A New Kind of ‘Christmas Carol’ as KC Rep Pivots to Digital

Thanks to the COVID-19 pandemic, theater companies have been forced to start thinking like little film studios.

And now Kansas City Repertory Theatre has accepted the challenge of offering “virtual” theater. Case in point: “A Christmas Carol,” the Rep’s annual production this year celebrating its 40th anniversary. As a stage show, the Charles Dickens classic long ago became an annual tradition for some theatergoers. Folks who saw it as kids grow up, get married and then take their own kids to see it. And on and on.

But this year, the generation-spanning retelling of Dickens’ singular novella — about a skinflint scared into being a decent human being after visits from three ghosts on Christmas Eve — will not be a stage show. It will, however, include actors familiar to theatergoers by virtue of their long service with the annual stage production. And audiences will be able to watch from home.

Artistic director Stuart Carden has decades of experience as a stage director. Now he makes his debut as a filmmaker.

“I have directed zero films before,” Carden said. “You know, this COVID moment, this pandemic, has really disrupted performing arts in so many ways, both financially and existentially. We’re finding we’ve got to continue to serve our community in new ways.”

Carden said he and his Rep collaborators considered various scenarios before they settled on shooting a story-telling version of “A Christmas Carol” with a small group of actors at the Vaile Mansion, the 1882 three-story home and museum in Independence.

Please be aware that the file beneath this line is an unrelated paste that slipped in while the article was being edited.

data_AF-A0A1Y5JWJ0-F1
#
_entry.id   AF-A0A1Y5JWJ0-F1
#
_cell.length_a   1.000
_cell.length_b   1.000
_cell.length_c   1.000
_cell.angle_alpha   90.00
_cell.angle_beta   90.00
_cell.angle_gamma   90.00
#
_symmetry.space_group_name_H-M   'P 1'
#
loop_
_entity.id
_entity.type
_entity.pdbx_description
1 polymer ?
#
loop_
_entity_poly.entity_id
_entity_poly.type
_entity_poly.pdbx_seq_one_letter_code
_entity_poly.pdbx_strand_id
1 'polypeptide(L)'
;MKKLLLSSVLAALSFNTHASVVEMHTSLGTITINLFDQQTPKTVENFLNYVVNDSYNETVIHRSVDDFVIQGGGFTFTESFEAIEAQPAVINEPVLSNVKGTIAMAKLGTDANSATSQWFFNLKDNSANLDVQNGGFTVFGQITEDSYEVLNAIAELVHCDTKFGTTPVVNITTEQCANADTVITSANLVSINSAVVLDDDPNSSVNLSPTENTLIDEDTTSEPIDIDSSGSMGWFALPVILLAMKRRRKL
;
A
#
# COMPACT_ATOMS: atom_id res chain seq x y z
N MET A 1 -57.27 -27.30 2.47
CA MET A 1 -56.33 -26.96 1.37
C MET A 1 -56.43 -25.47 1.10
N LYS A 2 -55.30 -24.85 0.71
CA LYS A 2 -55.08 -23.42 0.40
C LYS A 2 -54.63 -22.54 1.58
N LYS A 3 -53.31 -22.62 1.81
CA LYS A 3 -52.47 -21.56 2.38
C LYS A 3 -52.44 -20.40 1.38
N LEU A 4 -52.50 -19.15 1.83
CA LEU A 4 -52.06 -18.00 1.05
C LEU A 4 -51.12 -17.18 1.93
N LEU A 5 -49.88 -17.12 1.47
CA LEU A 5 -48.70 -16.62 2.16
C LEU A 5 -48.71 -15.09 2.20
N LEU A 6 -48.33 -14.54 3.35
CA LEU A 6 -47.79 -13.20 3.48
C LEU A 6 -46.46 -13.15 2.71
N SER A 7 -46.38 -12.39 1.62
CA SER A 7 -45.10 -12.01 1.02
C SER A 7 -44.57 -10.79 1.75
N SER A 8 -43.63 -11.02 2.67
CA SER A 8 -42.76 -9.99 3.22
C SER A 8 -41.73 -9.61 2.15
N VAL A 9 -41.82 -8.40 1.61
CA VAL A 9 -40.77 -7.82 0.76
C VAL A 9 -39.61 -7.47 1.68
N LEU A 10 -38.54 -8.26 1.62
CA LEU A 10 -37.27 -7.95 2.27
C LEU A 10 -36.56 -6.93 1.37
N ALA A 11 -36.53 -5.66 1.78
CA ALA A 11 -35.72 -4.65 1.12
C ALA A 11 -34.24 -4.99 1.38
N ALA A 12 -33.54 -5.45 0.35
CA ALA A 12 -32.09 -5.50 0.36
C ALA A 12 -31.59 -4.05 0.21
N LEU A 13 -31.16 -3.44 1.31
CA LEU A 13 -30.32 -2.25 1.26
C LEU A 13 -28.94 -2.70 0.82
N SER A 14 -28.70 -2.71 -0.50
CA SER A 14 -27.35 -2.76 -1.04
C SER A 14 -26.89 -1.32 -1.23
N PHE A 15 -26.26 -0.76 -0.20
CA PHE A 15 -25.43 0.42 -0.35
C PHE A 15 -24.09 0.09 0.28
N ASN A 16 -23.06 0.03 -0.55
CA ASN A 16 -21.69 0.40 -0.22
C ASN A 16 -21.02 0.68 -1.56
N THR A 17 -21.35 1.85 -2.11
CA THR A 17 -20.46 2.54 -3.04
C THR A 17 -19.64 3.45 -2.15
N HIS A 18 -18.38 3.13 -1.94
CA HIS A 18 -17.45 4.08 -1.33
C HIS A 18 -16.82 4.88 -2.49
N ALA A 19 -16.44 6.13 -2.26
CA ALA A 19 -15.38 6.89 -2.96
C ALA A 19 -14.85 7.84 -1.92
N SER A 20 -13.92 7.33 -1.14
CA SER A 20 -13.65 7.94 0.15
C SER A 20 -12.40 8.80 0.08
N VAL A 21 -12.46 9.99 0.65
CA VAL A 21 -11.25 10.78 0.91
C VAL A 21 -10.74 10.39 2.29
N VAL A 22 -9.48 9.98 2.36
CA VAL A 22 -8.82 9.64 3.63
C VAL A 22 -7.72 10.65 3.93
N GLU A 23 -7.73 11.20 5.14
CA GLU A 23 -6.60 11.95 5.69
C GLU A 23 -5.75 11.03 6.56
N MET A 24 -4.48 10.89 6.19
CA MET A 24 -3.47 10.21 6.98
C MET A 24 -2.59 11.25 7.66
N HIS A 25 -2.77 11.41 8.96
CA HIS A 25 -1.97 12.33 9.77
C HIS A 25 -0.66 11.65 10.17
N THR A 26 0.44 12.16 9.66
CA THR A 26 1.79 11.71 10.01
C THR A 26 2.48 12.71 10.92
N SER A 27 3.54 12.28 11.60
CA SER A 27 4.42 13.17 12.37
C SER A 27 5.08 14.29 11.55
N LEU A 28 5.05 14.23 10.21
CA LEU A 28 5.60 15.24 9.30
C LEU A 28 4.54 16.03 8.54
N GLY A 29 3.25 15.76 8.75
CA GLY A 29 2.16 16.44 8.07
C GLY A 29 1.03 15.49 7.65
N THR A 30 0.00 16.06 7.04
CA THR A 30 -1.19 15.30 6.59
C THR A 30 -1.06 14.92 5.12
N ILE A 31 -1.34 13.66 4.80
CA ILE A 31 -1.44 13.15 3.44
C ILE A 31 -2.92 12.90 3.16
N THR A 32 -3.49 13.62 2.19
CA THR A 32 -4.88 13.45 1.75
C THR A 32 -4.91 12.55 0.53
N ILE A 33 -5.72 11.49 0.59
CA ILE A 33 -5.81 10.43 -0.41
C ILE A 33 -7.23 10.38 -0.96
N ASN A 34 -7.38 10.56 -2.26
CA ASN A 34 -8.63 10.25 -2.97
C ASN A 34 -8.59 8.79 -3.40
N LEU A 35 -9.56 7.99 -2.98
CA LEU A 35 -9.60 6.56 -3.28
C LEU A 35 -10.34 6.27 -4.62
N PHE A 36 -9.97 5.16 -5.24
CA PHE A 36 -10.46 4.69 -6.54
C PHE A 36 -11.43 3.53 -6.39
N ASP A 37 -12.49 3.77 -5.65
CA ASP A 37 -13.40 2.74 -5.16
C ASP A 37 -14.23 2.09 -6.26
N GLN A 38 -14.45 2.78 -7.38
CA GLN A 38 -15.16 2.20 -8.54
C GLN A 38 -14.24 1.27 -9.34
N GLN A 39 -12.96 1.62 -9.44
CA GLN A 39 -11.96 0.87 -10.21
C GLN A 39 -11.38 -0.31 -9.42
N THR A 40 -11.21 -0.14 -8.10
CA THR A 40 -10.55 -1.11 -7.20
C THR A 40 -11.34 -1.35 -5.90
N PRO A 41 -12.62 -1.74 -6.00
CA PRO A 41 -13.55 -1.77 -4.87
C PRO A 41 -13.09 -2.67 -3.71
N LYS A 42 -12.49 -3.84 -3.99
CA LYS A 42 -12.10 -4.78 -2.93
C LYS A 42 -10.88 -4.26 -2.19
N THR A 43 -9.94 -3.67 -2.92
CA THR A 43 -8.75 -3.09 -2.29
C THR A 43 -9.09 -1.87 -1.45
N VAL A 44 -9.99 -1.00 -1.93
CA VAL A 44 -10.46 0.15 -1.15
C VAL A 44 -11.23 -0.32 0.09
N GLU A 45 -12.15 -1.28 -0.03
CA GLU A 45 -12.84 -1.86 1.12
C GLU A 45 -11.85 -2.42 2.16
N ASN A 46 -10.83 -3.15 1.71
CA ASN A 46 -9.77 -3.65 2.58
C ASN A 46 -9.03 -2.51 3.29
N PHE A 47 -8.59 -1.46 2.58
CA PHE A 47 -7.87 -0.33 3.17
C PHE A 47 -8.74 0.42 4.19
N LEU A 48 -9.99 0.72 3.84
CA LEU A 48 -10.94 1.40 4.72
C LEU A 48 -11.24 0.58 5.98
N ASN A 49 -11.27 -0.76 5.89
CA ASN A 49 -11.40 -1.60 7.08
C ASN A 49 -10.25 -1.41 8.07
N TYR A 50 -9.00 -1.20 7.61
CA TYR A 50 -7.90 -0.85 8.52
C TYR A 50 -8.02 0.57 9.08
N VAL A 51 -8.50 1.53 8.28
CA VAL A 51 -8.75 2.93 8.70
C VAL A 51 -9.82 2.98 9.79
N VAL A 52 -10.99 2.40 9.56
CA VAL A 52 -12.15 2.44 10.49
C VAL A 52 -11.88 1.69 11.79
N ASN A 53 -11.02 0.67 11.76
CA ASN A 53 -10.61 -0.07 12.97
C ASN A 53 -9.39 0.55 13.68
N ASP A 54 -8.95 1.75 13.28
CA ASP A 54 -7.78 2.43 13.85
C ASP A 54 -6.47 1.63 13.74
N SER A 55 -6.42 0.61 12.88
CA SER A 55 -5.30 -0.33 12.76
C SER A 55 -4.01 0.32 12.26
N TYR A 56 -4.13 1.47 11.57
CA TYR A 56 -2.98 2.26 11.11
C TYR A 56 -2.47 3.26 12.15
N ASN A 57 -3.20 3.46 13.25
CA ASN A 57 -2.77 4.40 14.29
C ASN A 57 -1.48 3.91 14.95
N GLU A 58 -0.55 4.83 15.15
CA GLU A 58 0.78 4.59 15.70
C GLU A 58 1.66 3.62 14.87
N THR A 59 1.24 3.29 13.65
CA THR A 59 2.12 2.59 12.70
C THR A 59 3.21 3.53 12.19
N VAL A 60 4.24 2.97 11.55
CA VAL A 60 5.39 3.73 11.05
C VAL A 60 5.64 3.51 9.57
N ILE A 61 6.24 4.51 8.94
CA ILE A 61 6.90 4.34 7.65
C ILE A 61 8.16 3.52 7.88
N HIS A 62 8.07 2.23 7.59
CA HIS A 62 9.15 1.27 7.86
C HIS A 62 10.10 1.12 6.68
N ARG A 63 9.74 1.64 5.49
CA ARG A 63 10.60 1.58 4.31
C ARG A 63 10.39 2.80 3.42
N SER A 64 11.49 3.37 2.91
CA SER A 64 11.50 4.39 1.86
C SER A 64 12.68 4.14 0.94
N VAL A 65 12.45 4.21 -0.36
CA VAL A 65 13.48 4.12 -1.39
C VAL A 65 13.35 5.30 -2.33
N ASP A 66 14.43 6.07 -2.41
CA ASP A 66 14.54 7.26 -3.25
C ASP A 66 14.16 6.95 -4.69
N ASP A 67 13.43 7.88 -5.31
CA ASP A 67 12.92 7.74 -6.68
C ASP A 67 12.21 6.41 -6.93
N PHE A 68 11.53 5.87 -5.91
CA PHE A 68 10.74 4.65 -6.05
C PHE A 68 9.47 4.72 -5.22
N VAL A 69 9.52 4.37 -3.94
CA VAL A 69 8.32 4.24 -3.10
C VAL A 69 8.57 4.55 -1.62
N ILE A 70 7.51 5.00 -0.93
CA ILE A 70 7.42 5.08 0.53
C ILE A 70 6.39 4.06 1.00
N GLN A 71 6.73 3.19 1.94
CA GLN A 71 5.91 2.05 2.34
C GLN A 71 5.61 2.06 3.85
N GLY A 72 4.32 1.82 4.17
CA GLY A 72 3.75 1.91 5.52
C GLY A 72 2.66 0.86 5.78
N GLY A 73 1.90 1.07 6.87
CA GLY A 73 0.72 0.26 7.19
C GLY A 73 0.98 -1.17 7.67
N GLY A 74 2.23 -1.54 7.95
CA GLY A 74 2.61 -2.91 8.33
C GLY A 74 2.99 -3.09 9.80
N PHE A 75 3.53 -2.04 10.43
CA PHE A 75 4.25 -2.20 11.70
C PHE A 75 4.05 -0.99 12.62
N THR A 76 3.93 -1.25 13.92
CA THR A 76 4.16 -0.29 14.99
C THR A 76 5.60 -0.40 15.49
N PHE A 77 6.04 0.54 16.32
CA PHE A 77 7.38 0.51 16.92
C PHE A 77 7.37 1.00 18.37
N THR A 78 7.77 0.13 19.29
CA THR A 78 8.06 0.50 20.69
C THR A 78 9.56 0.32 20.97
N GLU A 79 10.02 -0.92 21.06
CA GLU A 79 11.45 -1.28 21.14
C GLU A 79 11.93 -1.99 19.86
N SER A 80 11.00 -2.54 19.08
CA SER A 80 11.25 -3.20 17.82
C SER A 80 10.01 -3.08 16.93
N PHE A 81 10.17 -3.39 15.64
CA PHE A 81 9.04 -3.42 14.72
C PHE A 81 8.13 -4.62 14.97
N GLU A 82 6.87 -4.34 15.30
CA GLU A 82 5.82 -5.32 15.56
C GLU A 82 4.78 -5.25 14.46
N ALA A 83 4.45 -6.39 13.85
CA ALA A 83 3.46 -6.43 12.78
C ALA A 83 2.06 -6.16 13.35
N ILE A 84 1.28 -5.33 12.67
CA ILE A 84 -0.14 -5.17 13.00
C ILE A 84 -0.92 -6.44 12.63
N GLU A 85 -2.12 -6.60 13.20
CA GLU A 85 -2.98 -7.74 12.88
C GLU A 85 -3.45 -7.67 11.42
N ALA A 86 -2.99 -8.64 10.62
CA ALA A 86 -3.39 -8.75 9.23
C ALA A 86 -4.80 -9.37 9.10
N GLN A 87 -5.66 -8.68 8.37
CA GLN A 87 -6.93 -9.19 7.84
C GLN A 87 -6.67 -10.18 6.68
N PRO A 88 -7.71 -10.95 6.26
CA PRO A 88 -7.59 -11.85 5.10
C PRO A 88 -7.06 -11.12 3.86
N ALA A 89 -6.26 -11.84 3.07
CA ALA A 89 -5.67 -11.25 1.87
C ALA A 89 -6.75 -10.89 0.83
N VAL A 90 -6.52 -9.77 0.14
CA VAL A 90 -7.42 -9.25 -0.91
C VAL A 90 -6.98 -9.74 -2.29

“There’s been about 12 different versions of what we might do with ‘Christmas Carol,'” Carden said. Options considered included a scaled down live production with a smaller cast, a production with a much smaller cast and  even a one-actor version at the Spencer Theatre. But with infection rates in Missouri rising, all those ideas were rejected. There was no way to produce a live show and keep the actors and theatergoers safe.

But then he settled on idea of using a version of the 1842 book that Dickens himself adapted for public readings and tours.

“He toured both Europe and America with this novella that he cut for his own performance,” Carden said. “When I read about that, it sparked an idea . . . I took Dickens’ own version that he used to tour and made a few additional edits and changed some of the language. But this is Charles Dickens’ reader version of ‘A Christmas Carol.’ That’s how we ended up approaching this. It’s also about keeping this tradition alive.”

Some aspects of the production will be familiar: A trio of musicians led by music director Anthony T. Edwards with harpist Peggy Friesen and violinist Jonathan Lloyd Schriock will introduce the proceedings and reappear from time to time. Then actors familiar to theatergoers from their previous appearances in the stage show — Gary Neal Johnson, Walter Coppage, Vanessa Severo and Bri Woods — will take turns reading chapters (which Dickens called “staves”), allowing the story to unfold with Dickens’ language doing the work of transporting viewers to Victorian London.

“The concept is that you are at a really festive holiday party and the camera is standing in for you,” Carden said. “We knew it was not going to be our traditional ‘Christmas Carol’ but we knew we wanted to find a way to keep this tradition alive. Our fireside version is going to be different. There’s going to be revelations in terms of the story, but because we’re using the novella, we’re going to hear a lot more of Dickens’ voice. So we’ll get a lot more details about the setting and the landscape of London.”

History shows us that although Dickens wrote the book for money at a time when he was strapped for cash, the story is nonetheless a plea for a compassionate view of the working poor (including children) and the impoverished. Carden added that he believed the story would have added impact during a year of “loss and struggle and pain we’re all going through.”

And that, indeed, sounds quite timely.

“A Christmas Carol” will be available for streaming via smart phones, tablets, desk computers or smart TVs Nov. 23 through Dec. 31. Call the box-office at 816-235-2700 or visit www.kcrep.org

About The Author: Robert Trussell

Robert Trussell is a veteran journalist who has covered news, arts and theater in Kansas City for almost four decades.

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